Exchange With Reporters in Baltimore, Maryland
Living Classrooms Water Quality Experiment
Q. Tell us, what does it mean?
The President. Well, this water is from here. So they wanted to test the water to see if it could accommodate life. And you had to put this free agent in the water, and then you shake it up, and then you match it up with these colors here, to see which one it's like. So we put it in here, and the color is most like this one—7.5 to 9, and then here's the chart. It's around neutral; this way it will accommodate life. If it's too acidic, obviously it won't. But if it gets way out here, it's too basic, it won't. So anywhere in this range, right, 7 to 10 is okay. And you see the color here is like in between these two.
I learned all that from Brandon here, my science instructor—[laughter]—my marine biology instructor here. You did a great job.
Brandon Hunter. Any time.
The President. And so did you, Aaron.
The Vice President. Aaron did a great job, too.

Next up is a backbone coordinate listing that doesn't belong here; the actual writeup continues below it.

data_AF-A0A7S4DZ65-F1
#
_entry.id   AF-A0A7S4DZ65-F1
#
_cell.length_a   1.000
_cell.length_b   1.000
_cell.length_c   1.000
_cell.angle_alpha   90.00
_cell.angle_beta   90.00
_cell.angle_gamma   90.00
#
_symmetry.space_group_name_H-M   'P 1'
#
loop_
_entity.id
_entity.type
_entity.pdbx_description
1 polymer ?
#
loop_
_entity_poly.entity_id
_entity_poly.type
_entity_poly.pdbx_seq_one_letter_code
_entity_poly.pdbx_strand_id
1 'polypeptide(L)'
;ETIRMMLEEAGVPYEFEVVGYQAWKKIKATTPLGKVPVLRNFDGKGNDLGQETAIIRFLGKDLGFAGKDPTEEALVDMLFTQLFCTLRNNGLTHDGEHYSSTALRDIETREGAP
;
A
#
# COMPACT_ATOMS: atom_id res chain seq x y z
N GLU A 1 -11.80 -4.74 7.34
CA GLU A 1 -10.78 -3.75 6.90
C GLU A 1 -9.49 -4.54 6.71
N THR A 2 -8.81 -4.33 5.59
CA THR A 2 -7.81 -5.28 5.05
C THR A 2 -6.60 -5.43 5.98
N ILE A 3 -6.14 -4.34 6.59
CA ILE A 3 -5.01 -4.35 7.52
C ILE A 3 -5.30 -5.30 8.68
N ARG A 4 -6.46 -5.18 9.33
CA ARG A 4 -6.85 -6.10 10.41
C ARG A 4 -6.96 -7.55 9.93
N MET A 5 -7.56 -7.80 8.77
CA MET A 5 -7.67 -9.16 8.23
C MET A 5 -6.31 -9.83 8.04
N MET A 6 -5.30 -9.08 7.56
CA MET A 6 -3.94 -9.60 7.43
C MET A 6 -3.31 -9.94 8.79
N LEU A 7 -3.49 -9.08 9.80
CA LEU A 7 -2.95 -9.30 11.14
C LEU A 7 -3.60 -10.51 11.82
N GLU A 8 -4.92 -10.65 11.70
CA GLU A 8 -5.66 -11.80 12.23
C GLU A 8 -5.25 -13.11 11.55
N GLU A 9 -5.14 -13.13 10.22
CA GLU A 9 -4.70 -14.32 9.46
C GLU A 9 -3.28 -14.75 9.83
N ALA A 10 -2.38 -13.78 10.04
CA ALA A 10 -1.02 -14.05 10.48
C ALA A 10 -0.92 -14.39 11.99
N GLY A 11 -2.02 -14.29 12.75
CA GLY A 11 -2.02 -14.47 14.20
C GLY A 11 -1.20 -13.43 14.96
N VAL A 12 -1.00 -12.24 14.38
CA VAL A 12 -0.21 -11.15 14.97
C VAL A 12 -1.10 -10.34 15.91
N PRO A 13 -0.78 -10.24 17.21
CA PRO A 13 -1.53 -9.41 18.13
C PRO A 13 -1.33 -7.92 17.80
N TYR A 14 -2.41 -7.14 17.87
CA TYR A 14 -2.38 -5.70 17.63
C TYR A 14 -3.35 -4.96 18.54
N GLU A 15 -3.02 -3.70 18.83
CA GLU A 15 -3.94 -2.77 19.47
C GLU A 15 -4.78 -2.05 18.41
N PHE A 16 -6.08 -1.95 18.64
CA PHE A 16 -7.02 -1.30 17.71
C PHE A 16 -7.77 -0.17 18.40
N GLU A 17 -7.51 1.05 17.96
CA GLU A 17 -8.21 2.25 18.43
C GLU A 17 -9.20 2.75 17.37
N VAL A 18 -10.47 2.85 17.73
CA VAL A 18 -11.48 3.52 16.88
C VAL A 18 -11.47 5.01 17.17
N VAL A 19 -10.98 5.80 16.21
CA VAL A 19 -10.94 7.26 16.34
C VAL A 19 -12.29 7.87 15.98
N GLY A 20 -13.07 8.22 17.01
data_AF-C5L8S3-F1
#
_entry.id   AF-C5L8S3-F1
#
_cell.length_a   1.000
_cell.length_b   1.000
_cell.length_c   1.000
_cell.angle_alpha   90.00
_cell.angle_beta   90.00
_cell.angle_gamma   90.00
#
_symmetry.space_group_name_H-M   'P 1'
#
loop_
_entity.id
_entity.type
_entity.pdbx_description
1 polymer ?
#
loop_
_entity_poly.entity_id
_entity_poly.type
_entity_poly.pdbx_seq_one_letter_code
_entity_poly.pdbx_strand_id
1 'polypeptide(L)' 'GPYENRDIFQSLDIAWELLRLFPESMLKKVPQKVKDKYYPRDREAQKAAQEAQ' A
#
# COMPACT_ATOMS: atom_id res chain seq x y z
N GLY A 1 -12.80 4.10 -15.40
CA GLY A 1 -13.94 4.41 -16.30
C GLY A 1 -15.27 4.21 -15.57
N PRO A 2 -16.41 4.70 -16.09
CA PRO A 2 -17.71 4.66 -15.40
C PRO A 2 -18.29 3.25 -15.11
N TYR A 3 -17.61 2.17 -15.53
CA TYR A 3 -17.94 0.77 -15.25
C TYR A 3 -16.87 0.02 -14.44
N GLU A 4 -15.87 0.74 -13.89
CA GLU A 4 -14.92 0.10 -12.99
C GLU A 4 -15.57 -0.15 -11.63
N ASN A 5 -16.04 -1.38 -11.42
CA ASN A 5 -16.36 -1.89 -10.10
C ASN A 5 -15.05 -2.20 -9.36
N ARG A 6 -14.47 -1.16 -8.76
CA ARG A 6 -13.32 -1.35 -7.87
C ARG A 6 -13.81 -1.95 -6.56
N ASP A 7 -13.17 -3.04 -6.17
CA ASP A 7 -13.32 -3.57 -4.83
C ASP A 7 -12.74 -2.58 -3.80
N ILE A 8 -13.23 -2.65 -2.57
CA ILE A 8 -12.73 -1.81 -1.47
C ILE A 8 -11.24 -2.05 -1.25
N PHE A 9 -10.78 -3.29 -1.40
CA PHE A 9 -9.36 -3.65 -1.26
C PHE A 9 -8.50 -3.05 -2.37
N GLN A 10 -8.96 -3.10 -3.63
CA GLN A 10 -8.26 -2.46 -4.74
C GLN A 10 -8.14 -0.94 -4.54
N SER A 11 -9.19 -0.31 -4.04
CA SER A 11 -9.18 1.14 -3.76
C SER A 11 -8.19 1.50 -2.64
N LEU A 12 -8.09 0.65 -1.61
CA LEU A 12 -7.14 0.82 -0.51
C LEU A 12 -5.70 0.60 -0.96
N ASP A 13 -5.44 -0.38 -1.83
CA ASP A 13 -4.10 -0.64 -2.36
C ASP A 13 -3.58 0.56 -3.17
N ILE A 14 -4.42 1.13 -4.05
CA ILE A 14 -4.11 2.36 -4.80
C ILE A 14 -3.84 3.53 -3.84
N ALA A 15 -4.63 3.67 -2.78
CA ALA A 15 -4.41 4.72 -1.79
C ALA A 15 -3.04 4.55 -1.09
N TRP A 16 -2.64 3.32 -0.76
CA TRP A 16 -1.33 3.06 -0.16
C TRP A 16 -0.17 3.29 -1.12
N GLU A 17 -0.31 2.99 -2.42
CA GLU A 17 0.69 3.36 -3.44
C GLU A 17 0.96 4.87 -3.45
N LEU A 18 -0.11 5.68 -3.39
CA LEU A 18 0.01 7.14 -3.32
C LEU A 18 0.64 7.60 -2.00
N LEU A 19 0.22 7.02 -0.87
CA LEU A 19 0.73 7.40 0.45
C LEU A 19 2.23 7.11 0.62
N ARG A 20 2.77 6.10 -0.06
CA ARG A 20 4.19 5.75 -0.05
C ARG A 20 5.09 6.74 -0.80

Brandon. This was fun.
The President. Was it fun for you?
The President. It was fun for us, too. Thanks.
Vice President's Travel
Q. Mr. President, if you're grounding the Vice President, will you be skipping some of your trips over the next couple of weeks, too?
The Vice President. We're going to go do this event now, and then we'll——
The President. I didn't ground him. Don't get too carried away with the school metaphors here. I just asked him to stay around.
NOTE: The President spoke at 11:55 a.m. at the Living Classrooms Foundation. In his remarks, he referred to Brandon Hunter and Aaron Hunt, Middlesex Elementary School students who participated in a water quality experiment. A tape was not available for verification of the content of this exchange.
William J. Clinton, Exchange With Reporters in Baltimore, Maryland Online by Gerhard Peters and John T. Woolley, The American Presidency Project https://www.presidency.ucsb.edu/node/225345